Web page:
No Castro fans on bus from N.J.

These Cubans in America have definite opinions on politics back home

Cubans At Camden Yards

May 04, 1999|By Caitlin Francke | Caitlin Francke,SUN STAFF

ON INTERSTATE 95 -- Next to a block of tidy rowhouses and a church that offers its Masses in Spanish, scores of native Cubans climbed aboard buses in Union City, N.J., yesterday for a trip to make a point.

They wore baseball caps and smiles, but they weren't coming to Baltimore to watch their national sport. They were coming to stir up trouble -- and they couldn't wait.

"We are going to kill Castro one of these days," said Ricardo Montero, once a political prisoner of Cuba's Communist leader Fidel Castro for 25 years and now a real estate salesman. "I almost killed Castro, but almost."

There is a certain delight in talking revolution -- like a rousing sports rally -- and that joy of battle was clear yesterday as Cubans young and old plastered signs of Castro dressed like the devil in the windows of their buses.

They talked excitedly about plans to sneak into Camden Yards so they could flash anti-Castro signs that their family members might see in Cuba. They gave fiery quotes to television reporters and proudly introduced their heroes -- one of whom could not join the Baltimore protest because he is being monitored electronically while he awaits trial on charges he tried to assassinate Castro.

On the seven buses from this part of eastern New Jersey, which is home of the second-largest Cuban population in the United States, it seemed everybody was eager to tell a story about trying to off Castro.

Second-best to eliminating Castro, it seemed, was trying to stick it to him whenever possible.

"Whatever we can do against Fidel we enjoy," said Higinio Martin, 61, a retired U.S. Army lieutenant colonel who said he was ordered assassinated by Castro, "in this country or in any country."

And so the bus to Baltimore was as much party as politics.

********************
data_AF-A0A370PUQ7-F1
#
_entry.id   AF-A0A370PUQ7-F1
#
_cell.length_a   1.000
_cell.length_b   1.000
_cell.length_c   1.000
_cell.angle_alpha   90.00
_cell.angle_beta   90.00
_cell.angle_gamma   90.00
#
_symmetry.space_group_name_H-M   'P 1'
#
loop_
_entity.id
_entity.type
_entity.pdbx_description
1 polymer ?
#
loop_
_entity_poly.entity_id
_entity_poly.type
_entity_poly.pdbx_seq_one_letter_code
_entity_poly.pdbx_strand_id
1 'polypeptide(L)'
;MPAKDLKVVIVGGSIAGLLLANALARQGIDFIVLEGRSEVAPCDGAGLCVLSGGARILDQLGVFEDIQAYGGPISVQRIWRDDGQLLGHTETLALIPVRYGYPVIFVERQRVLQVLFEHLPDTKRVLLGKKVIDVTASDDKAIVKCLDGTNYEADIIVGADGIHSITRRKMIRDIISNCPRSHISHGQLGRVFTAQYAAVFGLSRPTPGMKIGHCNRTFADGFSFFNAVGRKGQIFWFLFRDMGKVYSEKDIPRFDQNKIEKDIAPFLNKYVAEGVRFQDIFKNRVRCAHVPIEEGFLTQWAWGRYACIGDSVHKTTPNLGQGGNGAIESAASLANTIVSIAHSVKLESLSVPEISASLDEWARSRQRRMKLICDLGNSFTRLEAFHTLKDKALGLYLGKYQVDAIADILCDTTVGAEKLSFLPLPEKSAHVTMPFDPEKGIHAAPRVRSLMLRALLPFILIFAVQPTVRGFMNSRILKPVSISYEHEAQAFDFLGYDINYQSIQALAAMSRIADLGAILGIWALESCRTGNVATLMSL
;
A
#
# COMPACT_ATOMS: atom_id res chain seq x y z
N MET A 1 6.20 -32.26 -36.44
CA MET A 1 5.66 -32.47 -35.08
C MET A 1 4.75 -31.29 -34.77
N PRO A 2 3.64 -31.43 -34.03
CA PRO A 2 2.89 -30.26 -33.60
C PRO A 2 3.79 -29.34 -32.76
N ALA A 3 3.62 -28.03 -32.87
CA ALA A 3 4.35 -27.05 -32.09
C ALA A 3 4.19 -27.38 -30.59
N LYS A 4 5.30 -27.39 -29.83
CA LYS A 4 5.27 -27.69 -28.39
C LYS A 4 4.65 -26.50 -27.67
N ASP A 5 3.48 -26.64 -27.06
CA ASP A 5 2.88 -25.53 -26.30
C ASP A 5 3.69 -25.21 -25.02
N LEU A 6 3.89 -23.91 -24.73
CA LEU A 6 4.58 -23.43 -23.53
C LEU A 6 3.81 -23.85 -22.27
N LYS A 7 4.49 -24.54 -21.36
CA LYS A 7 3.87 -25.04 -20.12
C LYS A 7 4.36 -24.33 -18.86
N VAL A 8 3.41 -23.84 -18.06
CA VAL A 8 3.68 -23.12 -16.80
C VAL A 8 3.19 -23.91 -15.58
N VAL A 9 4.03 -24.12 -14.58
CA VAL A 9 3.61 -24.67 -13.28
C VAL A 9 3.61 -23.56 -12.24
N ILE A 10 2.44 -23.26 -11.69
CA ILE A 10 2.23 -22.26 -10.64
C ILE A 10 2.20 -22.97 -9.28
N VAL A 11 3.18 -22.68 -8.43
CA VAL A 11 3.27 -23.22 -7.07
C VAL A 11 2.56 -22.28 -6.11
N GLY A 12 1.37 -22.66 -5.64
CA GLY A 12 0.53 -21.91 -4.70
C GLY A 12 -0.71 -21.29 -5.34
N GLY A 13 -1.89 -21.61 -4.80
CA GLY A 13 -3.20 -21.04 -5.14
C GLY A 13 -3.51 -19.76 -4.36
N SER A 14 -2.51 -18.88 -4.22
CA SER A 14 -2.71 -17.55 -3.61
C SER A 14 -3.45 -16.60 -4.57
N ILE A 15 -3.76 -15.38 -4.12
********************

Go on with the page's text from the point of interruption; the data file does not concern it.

"I'm firing up the masses," giggled Eneida Cardoso, who fled Cuba in 1972 by going to Spain, as she slapped bumper stickers on people's backs and handed out flags that read "No Castro, No Problem."

After hours of comradeship, a revolution almost broke out among these firebrands over whether or not to make a pit stop.

"There's a bathroom in the back," one man yelled out. Another shouted: "Hey, let's go, remember the Alamo."

The pit stop protesters won. And when they walked into the Chesapeake House on I-95, the sight of them with Cuban flags on their hats, jackets and in their hands mystified the staff.

A curious Helen Warzecha, an employee at the Chesapeake House, began chatting with one man. When he told her that they were not actually going to watch the the game but were going to stand outside and protest, she was floored.

"Then it scared me, right Carol?" she asked a co-worker. "I don't understand that. If they didn't come for the ballgame, what's the purpose?"

The way the Union City anti-Castro societies see it, the purpose is this: They think it is appalling that America would allow a team from a country with a despotic leader to play here.


"It's like parading the Nazis through a Jewish community," said Joseph Mendez, 29, who said he never met his father because Castro would not let him leave the country.

"It's like inviting Slobodan Milosevic to a football game and thinking it would resolve something," said Clara Nibot, co-chair of the Hispanic Advisory Council for New Jersey Gov. Christine Todd Whitman.

After the bus pulled into Baltimore, the protesters took to the streets. They ripped into chants -- "Cuba, Si; Castro, No" -- and implored the Cuban players inside the stadium to defect.

"Jump to freedom" they yelled over a loudspeaker.

Terry Mathers of Berwyn Heights in Prince Georges County studied the group as she walked by to go into the game.

"I don't know if they are mad at us because we are going to the game or if it's because we are Orioles fans," she said.

Peoples' confusion aside, Union City Mayor Raul Garcia said he was proud of his rabble-rousing constituents.

"It's not right to use this baseball diplomacy as they did with China and pingpong," Garcia said. "We're going out there to make sure the voice of the Cuban people is heard."

Pub Date: 5/04/99

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